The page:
We are also now teaching Buster advanced off leash and retrieving skills. It was this more advanced training that allowed me to use him for this studio photograph for my web page. Buster, like all Portuguese Water Dogs, is also drawn to water. So, we are laying the foundation for some pretty fancy water obedience, just like you would teach a hunting retriever. He is learning how to fetch objects – any object we identify – and return them to the handler on command. That could be as simple as being told to bring in the newspaper, or fetching a toy out of a lake and bringing it back, or even retrieving something in the case of an emergency like a service dog. A Portuguese Water Dog is a working dog, so fetch can be turned into something more than just chasing a ball. It can be turned into a set of useful and fun tasks to perform.

Buster loves me, and I love him. He’s great! He’d be very easy for me to have as my own, just as gentle and peaceable of a family member as you could ever want. And I like that he’s watchful over the home and his master – those traits always get bonus points from me. Yet, he’s still a puppy, not fully grown, and has a lot of work to go in order to be all that he can be. We’ve been very patient in the training. If the early foundation is faulty, then you pay for it later on. He’s right on track for his age, and is going to be pretty amazing as an adult. I will keep you up to date on his progress.

UPDATE: Buster can now do directed retrieves like a hunting dog, on land and in water. He will retrieve on command (which isn’t the same as playing fetch as a game). He will fetch an object on command, and then bring it back, coming straight to the handler and sitting in front with the object in his mouth, and then releasing the object on command (“Out”). He will do this up to 50 yards distance. We have NOT used electric collars to do this, just good old fashioned hard work and patience. Next is to add multiple objects and jumps, so we are now going to introduce agility equipment. He will be able to do the same skills that it would take to get a UDX title in the AKC before spring, and do all the skills it would take to compete in agility by then.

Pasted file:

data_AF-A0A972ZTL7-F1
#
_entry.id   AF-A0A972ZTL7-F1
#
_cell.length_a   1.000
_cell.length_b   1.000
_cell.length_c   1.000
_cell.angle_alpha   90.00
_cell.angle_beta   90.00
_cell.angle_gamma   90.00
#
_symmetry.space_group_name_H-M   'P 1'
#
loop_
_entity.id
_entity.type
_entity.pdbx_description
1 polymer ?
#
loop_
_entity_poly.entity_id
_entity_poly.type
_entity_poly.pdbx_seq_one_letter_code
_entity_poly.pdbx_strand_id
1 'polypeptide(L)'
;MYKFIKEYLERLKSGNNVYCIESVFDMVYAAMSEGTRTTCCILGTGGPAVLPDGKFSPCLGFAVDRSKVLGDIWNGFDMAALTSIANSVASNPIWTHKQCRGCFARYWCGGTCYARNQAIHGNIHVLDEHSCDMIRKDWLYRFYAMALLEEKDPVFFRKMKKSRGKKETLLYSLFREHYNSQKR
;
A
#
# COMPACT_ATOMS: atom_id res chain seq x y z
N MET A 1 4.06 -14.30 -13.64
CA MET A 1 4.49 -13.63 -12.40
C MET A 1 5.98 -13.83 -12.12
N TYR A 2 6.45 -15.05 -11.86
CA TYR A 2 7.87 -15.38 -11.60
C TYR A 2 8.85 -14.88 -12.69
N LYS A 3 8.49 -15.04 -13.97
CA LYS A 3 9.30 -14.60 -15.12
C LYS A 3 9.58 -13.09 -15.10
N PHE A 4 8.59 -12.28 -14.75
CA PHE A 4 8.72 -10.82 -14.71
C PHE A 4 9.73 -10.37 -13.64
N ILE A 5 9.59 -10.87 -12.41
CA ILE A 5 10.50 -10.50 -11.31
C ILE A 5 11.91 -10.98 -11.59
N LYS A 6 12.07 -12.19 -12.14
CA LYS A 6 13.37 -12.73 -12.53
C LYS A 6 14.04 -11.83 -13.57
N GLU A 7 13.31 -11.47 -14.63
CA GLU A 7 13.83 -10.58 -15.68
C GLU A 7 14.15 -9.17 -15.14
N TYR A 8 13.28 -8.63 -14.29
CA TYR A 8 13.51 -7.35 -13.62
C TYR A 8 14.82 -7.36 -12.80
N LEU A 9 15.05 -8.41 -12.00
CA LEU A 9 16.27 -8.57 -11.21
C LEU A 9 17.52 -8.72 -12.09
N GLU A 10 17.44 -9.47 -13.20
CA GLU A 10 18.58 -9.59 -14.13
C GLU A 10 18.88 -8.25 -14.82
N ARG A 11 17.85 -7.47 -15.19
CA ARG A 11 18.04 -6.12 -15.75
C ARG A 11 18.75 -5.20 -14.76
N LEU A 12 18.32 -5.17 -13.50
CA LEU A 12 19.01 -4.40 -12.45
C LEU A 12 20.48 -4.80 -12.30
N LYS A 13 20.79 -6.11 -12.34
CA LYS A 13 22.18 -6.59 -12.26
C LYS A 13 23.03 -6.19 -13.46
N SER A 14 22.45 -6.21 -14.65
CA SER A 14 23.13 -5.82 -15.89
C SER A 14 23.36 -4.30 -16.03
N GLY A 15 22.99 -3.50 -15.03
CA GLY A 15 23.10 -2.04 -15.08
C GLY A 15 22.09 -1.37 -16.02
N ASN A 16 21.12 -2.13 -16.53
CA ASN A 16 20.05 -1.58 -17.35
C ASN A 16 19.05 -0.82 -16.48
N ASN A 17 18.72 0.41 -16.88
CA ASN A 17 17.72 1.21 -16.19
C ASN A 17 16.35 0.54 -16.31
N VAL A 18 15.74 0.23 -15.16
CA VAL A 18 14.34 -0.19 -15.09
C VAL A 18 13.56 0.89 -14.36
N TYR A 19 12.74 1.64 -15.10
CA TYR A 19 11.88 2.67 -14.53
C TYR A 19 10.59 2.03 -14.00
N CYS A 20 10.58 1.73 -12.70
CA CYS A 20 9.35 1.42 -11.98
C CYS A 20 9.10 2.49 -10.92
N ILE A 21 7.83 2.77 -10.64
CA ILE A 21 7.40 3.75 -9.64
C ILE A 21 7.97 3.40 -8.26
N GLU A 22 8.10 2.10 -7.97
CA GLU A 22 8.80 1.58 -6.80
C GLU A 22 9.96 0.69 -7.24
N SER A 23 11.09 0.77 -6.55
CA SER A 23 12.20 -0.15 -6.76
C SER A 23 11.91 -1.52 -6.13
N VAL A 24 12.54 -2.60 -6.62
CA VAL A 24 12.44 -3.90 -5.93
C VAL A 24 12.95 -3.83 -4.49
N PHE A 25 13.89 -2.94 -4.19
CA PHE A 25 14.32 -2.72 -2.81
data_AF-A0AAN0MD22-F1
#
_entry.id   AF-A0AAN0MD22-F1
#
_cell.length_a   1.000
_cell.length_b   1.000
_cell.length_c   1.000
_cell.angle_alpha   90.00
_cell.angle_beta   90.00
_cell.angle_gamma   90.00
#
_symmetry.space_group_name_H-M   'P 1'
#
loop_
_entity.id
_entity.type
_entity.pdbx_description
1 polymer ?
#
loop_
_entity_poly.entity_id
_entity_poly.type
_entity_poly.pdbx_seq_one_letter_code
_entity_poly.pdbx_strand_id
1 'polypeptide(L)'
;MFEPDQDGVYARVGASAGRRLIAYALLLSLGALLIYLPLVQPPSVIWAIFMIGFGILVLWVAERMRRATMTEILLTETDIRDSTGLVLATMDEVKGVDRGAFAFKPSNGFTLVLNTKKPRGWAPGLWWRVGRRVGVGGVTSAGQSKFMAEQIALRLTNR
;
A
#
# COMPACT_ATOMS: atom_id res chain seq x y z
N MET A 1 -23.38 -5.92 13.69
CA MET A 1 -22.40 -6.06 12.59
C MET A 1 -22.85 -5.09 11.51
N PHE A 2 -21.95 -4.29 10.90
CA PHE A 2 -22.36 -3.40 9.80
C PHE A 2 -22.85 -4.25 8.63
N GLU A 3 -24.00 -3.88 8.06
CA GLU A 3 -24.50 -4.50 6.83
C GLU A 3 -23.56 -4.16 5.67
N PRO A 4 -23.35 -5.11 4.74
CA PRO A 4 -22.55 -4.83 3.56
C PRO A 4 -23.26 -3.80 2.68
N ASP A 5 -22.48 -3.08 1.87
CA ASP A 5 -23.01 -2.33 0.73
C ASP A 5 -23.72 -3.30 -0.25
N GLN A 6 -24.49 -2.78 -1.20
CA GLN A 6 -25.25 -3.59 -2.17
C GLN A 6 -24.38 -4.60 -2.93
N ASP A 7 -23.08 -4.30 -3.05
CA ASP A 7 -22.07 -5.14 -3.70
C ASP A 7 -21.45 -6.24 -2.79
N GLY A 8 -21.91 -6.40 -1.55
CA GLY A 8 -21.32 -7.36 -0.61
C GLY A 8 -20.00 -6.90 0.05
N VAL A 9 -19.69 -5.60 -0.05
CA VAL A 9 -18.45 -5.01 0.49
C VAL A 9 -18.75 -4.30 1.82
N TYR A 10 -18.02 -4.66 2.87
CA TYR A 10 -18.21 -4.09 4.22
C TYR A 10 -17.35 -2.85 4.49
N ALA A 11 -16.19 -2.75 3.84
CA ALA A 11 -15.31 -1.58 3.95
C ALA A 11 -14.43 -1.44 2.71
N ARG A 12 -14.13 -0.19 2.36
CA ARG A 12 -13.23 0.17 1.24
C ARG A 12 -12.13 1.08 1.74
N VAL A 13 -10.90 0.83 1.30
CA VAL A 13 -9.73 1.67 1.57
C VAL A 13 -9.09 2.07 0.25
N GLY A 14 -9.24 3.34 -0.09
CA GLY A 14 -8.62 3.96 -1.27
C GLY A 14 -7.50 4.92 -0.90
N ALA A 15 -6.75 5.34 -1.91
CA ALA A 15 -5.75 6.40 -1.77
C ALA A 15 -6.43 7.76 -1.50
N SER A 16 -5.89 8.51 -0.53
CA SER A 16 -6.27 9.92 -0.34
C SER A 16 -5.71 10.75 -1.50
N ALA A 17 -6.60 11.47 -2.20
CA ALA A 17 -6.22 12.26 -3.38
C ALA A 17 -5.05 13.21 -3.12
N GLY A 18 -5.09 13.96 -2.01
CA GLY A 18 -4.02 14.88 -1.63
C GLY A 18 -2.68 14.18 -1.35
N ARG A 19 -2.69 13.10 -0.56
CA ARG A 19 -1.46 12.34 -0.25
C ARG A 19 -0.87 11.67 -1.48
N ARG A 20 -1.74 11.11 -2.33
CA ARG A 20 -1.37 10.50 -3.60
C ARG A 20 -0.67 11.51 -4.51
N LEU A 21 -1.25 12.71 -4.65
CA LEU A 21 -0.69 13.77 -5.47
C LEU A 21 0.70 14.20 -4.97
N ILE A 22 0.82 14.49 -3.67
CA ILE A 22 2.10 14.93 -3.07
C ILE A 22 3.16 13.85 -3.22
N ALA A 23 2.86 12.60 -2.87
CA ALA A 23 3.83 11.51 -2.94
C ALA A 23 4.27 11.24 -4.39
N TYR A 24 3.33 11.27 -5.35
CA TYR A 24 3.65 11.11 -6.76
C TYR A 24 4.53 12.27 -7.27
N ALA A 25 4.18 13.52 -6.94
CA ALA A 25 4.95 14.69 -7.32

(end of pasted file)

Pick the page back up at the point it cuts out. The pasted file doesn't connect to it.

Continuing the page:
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Sam Basso is a professional dog trainer and behaviorist, in the Phoenix/ Scottsdale metropolitan area. He’s known for being fun, kind, intelligent, and humane. Sam Basso has a unique personal touch. He has appeared on his own TV show, been a guest radio expert, gives seminars, publishes a dog related blog, does rescue volunteering, and is active in promoting animal welfare and fair dog laws.